Forbes Magazine contributor Kristi Hedges nails the explanation: “The idea of a skimpy vacation as a worthy sacrifice or badge of honor is culturally embedded. The U.S. is the only rich country to not have legally mandated paid vacation and holidays.” She goes on, “science tells us that this is a very bad idea. Increasingly, studies are showing that breaks of any kind are not only good for you; they can actually increase productivity and well-being.”

Long Vacations Benefit Both Company and Employee

To create a lasting change in their organization, and maybe even greater society at large, leaders must fully embrace the practical benefits of vacations. Good leaders will be more inclined to not only grant, but also encourage employees to take not just a couple of long weekends here and there-and maybe a week off in the summer-but longer vacation time. Employees come back from a full week (or two or three) of time off when they were able to truly disconnect from work energized and recharged, with better ideas, a fresh perspective, lower stress-levels, and genuine excitement to tackle work challenges that can become overwhelming without time to recharge. Truly effective leaders recognize the value of paid time off, and understand it’s key to a productive and engaged workforce.

Here are specific steps leaders can take to make sure this happens:

  • Issue specific company policies that encourage all employees of the organization to take all vacation days due them, and in any increments they prefer.
  • Be clear the time off must not interfere with mission critical work, but also be clear that one person’s week off shouldn’t incapacitate a well-run department, and that while every department has busier times on the calendar, it is normal and expected that departments will experience slower times periodically throughout the year.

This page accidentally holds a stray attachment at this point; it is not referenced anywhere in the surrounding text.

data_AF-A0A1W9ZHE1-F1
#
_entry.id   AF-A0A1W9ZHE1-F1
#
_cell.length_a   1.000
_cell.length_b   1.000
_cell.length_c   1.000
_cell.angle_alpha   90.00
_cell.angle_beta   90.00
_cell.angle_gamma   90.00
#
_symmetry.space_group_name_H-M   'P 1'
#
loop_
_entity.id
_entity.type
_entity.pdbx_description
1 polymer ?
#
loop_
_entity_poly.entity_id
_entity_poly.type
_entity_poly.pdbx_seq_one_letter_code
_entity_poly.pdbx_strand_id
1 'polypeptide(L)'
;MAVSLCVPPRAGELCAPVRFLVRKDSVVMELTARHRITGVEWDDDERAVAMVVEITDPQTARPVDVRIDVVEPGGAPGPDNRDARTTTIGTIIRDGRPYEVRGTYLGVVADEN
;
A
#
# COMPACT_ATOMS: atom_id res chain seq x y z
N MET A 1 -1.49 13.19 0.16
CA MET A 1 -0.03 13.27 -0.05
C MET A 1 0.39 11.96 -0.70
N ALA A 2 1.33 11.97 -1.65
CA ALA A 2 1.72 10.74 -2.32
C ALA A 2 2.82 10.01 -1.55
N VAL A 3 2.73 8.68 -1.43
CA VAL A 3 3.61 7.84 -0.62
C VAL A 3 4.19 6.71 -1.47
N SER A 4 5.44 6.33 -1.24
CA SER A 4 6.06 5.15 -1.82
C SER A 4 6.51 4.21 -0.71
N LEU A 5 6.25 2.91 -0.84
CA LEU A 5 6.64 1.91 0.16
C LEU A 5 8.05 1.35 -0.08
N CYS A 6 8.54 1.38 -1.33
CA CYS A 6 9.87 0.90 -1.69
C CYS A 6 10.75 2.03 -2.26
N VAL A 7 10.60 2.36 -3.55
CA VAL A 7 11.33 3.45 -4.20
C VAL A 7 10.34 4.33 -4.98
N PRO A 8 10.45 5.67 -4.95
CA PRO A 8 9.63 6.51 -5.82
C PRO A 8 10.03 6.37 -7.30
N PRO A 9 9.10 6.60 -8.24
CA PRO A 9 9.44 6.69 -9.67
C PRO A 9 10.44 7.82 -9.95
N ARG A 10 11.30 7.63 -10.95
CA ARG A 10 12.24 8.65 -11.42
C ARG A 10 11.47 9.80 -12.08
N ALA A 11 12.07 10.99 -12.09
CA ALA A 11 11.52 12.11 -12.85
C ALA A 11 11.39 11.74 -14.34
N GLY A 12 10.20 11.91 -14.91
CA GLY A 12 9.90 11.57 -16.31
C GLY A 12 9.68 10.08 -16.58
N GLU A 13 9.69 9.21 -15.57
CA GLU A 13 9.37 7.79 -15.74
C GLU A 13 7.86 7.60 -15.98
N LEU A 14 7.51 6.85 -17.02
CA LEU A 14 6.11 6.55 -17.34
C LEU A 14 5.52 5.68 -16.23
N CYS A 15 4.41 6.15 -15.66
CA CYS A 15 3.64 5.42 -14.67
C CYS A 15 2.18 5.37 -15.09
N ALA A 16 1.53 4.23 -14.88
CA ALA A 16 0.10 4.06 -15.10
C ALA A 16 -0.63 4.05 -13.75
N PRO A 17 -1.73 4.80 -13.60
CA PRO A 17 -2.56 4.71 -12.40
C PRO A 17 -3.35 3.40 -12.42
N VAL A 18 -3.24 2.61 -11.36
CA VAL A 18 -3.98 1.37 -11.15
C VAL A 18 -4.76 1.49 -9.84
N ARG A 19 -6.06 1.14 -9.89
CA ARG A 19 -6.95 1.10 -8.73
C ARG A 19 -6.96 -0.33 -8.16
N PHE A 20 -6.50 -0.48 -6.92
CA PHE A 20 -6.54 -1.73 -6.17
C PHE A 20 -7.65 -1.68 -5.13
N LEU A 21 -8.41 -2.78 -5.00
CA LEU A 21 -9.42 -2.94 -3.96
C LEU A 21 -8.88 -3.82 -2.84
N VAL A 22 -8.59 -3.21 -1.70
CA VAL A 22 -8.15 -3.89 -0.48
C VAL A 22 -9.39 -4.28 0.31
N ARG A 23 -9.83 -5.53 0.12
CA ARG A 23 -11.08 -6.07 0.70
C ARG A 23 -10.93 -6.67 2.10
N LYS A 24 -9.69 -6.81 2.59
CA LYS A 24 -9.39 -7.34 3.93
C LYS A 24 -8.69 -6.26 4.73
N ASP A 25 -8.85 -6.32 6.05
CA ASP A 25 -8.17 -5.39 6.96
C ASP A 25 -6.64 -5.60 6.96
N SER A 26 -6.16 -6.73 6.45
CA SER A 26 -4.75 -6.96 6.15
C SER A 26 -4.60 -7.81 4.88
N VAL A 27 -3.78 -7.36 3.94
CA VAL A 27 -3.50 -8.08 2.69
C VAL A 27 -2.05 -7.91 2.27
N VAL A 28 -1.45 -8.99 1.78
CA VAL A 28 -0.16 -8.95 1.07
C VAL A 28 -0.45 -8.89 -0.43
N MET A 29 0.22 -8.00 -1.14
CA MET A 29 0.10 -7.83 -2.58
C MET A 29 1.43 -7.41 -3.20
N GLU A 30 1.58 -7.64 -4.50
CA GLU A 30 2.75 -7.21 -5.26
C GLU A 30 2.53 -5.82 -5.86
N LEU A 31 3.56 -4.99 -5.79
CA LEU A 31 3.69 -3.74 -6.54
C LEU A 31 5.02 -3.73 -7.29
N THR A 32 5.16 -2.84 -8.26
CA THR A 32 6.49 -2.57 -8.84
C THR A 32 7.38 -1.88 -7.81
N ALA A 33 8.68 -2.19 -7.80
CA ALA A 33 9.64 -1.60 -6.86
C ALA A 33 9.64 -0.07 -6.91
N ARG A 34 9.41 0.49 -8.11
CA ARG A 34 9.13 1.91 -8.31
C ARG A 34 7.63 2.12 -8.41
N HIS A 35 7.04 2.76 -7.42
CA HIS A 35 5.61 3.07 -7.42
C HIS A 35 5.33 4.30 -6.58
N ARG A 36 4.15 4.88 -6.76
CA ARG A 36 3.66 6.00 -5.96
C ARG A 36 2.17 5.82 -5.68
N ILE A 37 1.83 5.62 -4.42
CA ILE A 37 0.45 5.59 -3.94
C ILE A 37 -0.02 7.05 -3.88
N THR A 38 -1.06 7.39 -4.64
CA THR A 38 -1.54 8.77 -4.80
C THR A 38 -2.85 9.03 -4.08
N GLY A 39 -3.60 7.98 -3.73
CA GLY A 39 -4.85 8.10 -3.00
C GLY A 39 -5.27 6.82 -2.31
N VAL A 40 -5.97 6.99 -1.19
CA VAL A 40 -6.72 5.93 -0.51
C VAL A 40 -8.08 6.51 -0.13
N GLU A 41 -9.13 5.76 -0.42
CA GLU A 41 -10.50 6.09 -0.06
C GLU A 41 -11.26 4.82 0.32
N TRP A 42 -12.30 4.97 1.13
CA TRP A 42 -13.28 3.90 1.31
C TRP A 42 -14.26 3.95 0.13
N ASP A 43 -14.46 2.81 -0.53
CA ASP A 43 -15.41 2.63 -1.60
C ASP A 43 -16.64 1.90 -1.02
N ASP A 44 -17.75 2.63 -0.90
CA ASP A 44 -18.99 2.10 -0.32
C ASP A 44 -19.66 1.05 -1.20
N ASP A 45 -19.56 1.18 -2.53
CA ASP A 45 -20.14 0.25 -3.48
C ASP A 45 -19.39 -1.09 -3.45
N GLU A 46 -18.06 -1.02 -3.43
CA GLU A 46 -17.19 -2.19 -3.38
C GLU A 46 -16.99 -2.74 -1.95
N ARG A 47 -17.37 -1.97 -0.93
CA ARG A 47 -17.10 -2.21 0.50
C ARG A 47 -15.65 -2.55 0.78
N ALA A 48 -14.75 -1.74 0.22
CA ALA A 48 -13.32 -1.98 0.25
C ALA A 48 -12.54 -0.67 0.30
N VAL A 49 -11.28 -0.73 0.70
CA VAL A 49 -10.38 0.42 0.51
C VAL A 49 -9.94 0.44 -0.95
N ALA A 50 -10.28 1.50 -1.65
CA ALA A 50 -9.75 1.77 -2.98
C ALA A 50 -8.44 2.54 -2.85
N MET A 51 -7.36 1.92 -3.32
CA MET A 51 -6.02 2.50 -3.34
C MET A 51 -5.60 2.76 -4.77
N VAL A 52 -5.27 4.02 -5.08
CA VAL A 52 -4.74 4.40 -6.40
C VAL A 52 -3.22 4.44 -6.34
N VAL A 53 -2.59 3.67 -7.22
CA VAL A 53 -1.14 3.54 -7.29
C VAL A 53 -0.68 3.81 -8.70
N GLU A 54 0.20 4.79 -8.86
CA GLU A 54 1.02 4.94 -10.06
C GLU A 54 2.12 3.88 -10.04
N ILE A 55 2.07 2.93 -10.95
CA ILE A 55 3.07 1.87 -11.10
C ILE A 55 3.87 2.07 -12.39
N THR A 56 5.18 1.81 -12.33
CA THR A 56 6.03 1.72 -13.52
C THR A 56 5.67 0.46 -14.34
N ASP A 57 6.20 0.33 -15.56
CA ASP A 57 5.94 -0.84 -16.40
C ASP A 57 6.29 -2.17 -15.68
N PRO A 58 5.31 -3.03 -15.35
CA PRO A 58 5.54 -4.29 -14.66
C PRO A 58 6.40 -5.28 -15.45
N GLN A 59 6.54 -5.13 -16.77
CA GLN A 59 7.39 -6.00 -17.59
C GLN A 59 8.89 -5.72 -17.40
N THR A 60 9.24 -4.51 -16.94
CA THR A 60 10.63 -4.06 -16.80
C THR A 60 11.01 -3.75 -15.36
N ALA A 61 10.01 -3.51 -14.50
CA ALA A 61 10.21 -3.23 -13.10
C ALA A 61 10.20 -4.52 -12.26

• Require that all managers and supervisors conduct short meetings with their employees explaining the vacation policy.
  • Ask employees for feedback regarding perceived problems with the vacation policy. Since many employees may feel constrained to speak up, use a suggestion box where they can offer suggestions or voice complaints.
  • Assure that all complaints and suggestions are answered by a third-party, such as Human Resources.
  • Follow-up yearly to make sure the new vacation policy is working.

As we head in to the height of the summer, when friends and family frequently plan reunions, couples get married, families with children have the freedom to travel, as leaders it’s our job to help facilitate these getaways. Your employees will thank you for it, and ultimately, your bottom line will thank you for it too.

Jeff Wolf is the author of Seven Disciplines of a Leader and founder and president of Wolf Management Consultants, LLC, a premier global consulting firm that specializes in helping people, teams and organizations achieve maximum effectiveness.

Contact us today to discuss how we may partner with you to develop your current and future leaders or to have Jeff Wolf speak at your next meeting, conference or convention: Michael Adams madams@wolfmotivation.com 858-638-8260 or www.wolfmotivation.com

 

Building an Optimal Team – Team Health

By Jeff Wolf –  Seven Disciplines of a Leader

All the competitive advantages – strategy, technology, finance, marketing – that we’ve pursued in the past are gone. The disciplines haven’t disappeared, but they have lost their power as meaningful competitive advantages, as real differentiators that can set your company apart. Why? Virtually every organization has access to the best thinking and practices on those topics. As information has become ubiquitous, it’s almost impossible to sustain an advantage based on intellectual ideas.

However, one simple, reliable, and virtually free competitive advantage remains – team health. Healthy teams all but eliminate politics and confusion from their cultures. As a result, productivity and morale soar, and good people almost never leave. For those leaders who are a bit skeptical, rest assured that none of this is touchy-feely or soft. It is as tangible and practical as anything else…and even more important.

Even the smartest team will eventually fail if it is unhealthy. But a healthy team will find a way to succeed. Without politics and confusion, it will become smarter and tap into all of the intelligence and talent it has.